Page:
We mentioned before that there are 19 stars on this lion slab. In reality there are 22. But three of them (the ones hovering over the back of the lion) stand out from the other ones, for three reasons. 1) They are much bigger than the rest 2) They are composed of sixteen-pointed rays (and not eight -pointed, like the other 19 stars) and 3) they bear names over them, in Greek. Actually their Greek names is the key to their mysterious nature!

Planets over Nemrut lion's back

Over the left sixteen-pointed “star” it is written in Greek: “
ΠΥΡΟΕΙC ΗΡΑΚΛ(ΕΟΥC)”. This means: “the fiery one of Hercules”! Of course this sentence does not make much sense, unless one has some knowledge of ancient Greek astronomy or literature. Because in classical Greece “the Fiery one” was the name of the planet Mars, which in ancient Greek texts we often encounter simply as ΠΥΡΟΕΙCthe “Fiery”. We will see below why its full title “the fiery one of Hercules” is displayed here.

Over the central sixteen-pointed “star” it is written in Greek: “CΤΙΛΒΩΝ ΑΠΟΛΛΩΝΟC”. This means: “the glittering one of Apollo”! Again this sentence does not make much astrological sense, unless someone is knowledgeable about Greek astronomy or litterature. Because “the Glittering one” was in classical Greece the name of planet Mercury (we often encounter it in ancient Greek texts simply as CΤΙΛΒΩΝ – the “Glittering”)!

Over the right sixteen-pointed “star” it is written in Greek: “ΦΑΕΘΩΝ ΔΙΟC”. This means: “the radiant one of Jupiter”! I guess this is the easiest item to identify on the Lion slab because indeed it refers to planet Jupiter! “The Radiant one” was in classical Greece the name of planet Jupiter (we often encounter it in ancient Greek texts simply as ΦΑΕΘΩΝ – the “Radiant”)!

It is at this point that the Lion slab takes a whole new meaning. You see, it becomes apparent now that it is not a mere representation of the constellation of Leo but there is more to it. It most probably has astrological connotations. Otherwise the three fully named planets over the Lions back would make no sense. Why should they inscribe and depict on the slab just the planets Mars, Mercury and Jupiter? Why not Venus and Saturn too? The latter are conspicuously absent!

The sequence of the planets over the lions back might be another important clue. They do not follow the classic sequence (Mercury, Mars, Jupiter) but they are enumerated in this rather erratic manner: Mars – Mercury – Jupiter. Did the sculptor commit an error in the sequence of the planets? Or is the famous scholar Otto Neugebauer right here when he claims that the sequence of these planets is either accidental or it manieristically repeats the late babylonian enumeration of the planets (Jupiter – Venus – Mercury – Saturn, Mars. If we omit Venus and Saturn we then get Jupiter – Mercury – Mars, which is the exact sequence of the planets on the lion slab – mirrored in reverse though). I personally think that this Neugebauer’s assumption does not hold much water (he didn’t have at his disposal some crucial archeological findings we know of today).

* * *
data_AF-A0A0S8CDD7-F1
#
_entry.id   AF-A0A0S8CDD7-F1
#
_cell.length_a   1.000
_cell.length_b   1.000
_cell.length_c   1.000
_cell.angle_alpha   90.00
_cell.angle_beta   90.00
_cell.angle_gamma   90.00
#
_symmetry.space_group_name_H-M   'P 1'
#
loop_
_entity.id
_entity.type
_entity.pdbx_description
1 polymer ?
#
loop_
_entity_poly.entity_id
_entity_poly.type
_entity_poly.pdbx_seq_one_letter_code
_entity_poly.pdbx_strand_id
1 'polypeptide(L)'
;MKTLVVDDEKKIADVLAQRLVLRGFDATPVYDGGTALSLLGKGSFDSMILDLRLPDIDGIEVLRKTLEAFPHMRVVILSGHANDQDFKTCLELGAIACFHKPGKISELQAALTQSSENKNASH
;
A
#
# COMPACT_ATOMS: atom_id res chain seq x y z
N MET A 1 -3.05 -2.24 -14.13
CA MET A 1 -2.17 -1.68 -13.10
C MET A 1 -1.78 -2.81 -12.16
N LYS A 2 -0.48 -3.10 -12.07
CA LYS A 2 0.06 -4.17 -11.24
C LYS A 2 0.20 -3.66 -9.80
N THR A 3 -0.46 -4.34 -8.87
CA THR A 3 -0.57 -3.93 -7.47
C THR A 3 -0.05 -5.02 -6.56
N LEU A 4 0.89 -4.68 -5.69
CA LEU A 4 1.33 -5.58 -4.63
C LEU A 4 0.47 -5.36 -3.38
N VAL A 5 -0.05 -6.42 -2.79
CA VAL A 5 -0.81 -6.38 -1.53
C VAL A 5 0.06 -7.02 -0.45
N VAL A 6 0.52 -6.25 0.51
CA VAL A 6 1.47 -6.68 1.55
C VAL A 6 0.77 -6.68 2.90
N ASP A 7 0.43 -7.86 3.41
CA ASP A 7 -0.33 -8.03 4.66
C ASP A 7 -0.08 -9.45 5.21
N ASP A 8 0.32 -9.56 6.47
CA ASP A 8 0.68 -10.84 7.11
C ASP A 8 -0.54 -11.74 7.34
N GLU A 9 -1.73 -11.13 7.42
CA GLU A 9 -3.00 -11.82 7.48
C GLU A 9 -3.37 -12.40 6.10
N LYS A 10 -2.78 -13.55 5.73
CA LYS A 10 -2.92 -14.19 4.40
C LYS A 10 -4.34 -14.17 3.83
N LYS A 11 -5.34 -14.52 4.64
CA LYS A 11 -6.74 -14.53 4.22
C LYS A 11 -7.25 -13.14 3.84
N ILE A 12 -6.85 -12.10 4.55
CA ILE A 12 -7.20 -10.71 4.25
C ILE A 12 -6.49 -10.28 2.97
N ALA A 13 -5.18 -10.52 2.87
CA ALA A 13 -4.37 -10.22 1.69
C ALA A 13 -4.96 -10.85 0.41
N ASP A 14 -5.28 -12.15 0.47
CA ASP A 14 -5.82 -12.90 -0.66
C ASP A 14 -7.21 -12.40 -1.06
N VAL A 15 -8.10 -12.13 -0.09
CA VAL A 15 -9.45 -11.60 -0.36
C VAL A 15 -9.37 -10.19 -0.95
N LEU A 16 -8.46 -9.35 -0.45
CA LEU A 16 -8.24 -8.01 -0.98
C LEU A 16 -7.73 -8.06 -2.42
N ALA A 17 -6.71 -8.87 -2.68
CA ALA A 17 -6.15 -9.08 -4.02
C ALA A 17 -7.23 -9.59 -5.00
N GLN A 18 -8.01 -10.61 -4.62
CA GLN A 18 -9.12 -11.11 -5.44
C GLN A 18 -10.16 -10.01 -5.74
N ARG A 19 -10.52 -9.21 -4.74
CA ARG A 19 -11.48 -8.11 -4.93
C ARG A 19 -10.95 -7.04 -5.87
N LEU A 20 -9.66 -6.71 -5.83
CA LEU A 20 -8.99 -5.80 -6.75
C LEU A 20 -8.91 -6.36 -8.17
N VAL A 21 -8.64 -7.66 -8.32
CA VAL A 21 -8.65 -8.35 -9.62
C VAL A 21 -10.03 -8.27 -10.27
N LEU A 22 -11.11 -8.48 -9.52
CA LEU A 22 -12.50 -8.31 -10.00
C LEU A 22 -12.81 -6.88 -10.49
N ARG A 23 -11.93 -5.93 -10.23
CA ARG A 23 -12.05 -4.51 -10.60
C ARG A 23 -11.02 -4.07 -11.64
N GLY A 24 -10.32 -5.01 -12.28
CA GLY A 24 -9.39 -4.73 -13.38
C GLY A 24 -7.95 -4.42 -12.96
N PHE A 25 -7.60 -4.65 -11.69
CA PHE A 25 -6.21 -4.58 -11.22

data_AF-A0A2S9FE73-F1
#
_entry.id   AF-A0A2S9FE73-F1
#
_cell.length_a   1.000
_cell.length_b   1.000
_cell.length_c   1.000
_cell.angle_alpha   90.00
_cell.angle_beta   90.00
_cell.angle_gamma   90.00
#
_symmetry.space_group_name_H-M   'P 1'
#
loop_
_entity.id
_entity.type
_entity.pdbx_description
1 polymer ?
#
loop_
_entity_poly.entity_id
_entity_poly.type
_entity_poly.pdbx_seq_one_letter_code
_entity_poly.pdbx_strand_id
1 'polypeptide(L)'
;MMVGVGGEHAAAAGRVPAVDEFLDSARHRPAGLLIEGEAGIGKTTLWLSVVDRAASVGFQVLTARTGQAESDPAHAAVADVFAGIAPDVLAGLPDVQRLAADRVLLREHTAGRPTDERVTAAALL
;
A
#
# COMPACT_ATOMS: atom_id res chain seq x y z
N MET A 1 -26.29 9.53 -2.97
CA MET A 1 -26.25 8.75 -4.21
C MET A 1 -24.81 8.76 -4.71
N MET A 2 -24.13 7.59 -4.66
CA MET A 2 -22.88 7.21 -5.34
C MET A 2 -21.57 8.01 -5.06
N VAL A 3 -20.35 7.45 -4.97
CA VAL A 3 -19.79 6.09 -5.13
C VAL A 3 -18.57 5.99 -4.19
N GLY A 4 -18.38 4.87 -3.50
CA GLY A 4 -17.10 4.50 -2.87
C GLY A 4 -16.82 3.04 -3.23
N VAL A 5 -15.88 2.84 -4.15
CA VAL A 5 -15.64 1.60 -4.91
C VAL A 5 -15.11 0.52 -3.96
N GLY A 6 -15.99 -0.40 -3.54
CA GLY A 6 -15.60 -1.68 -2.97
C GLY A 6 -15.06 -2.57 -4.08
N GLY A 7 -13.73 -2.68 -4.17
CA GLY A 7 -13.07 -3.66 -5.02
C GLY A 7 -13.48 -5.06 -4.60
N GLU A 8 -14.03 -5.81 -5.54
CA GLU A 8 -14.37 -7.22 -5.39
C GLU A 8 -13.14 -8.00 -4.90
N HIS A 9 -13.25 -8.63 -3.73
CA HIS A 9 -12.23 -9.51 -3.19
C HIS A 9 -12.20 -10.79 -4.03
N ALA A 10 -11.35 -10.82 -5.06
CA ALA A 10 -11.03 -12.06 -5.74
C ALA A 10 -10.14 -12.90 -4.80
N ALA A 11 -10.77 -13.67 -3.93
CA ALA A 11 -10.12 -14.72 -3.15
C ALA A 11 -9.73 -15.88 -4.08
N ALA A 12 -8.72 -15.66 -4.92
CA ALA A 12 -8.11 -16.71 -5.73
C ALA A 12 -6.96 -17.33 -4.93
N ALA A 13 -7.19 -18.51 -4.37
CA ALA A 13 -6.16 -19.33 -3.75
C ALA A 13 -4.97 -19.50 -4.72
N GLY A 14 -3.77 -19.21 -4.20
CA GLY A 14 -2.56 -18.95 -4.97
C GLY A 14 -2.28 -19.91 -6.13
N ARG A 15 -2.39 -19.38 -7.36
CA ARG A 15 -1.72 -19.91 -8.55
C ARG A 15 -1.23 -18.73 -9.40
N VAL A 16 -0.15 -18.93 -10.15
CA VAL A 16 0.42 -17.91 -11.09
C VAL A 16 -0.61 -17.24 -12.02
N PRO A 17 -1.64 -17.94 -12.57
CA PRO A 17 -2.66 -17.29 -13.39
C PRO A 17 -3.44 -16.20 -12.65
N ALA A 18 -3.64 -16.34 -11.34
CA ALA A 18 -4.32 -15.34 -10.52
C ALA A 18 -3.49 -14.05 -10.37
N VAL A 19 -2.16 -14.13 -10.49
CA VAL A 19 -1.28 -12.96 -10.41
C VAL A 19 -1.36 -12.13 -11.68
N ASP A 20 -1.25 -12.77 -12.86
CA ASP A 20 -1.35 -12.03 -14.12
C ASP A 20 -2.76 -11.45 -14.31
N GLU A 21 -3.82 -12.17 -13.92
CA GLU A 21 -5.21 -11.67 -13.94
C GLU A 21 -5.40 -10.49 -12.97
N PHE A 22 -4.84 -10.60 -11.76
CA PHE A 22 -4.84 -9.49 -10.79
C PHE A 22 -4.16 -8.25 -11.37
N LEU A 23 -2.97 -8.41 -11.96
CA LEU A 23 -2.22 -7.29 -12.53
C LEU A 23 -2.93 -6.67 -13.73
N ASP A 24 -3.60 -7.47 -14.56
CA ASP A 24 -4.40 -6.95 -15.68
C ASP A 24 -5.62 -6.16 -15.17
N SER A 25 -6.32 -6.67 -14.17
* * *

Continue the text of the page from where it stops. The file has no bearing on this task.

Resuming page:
You see, I believe that the lion slab is “semiotically” connected to the gigantic statues of the deities, at the pyramid’s base. At both terraces (the eastern and the western) the same array of deities is replicated in exactly the same order: the deified Anticochus on the very left, then the all important to the Greeks goddess “Tyche”- Fortune, then Jupiter at the center, then Mercury and finally Mars on the very right. If we start enumerating these statues from right to left we get Mars – Mercury – Jupiter. That’s exactly the 3 planets’ sequence on the lion slab!

Of course there are some objections here. Why should we enumerate the gods/planets at the base of the pyramid from right to left when (on the lion slab) we enumerate the three planets from left to right? And why the two major statues/deities – Apollo and Mars – are located on the left (the “lesser”) side of Jupiter, while a mortal like Antiochus stands on Jupiter’s “good” right side? Well, the answer to the latter question is simple: the mesopotamians were always taking in account the observers’ point of view (the pilgrims’ in this case), so actually it is Antiochus who stands on the lesser left side of Jupiter! Regarding the former question, it was all a matter of “staging”. Since Jupiter had to be at the very center of the statues’ array (being the king of the gods) then the only viable option left was to enumerate the Mars – Mercury – Jupiter sequence on the reverse (ending with Mars on the far right of the array). Even so, the lion slab and the array of the statues are intrinsically attuned! Thus, the purpose of the full denomination of the planets over the lion’s back (as i.e. “the glittering one of Apollo” for Mercury) was to facilitate the pilgrims, so that they readily correlate the esoteric symbolism of the lion slab to the symbolism of the gigantic statues of the gods!

There is a last decisive clue on the lion slab that we haven’t touched so far. On the lions chest there is clearly visible some sort of sickle-shaped ornament. In the long mesopotamian tradition (and probably globally) this “sickle – shaped” item is a typical symbol of the Moon. So, the message conveyed to us here is that the Moon is in the constellation of Leo! Everything becomes crystal clear now! This isn’t an astronomical slab but an ASTROLOGICAL one! It is a slab commerorating some major – to Antiochus or to the kingdom of Commagene – event, that took place under the auspices of the constellation of Leo!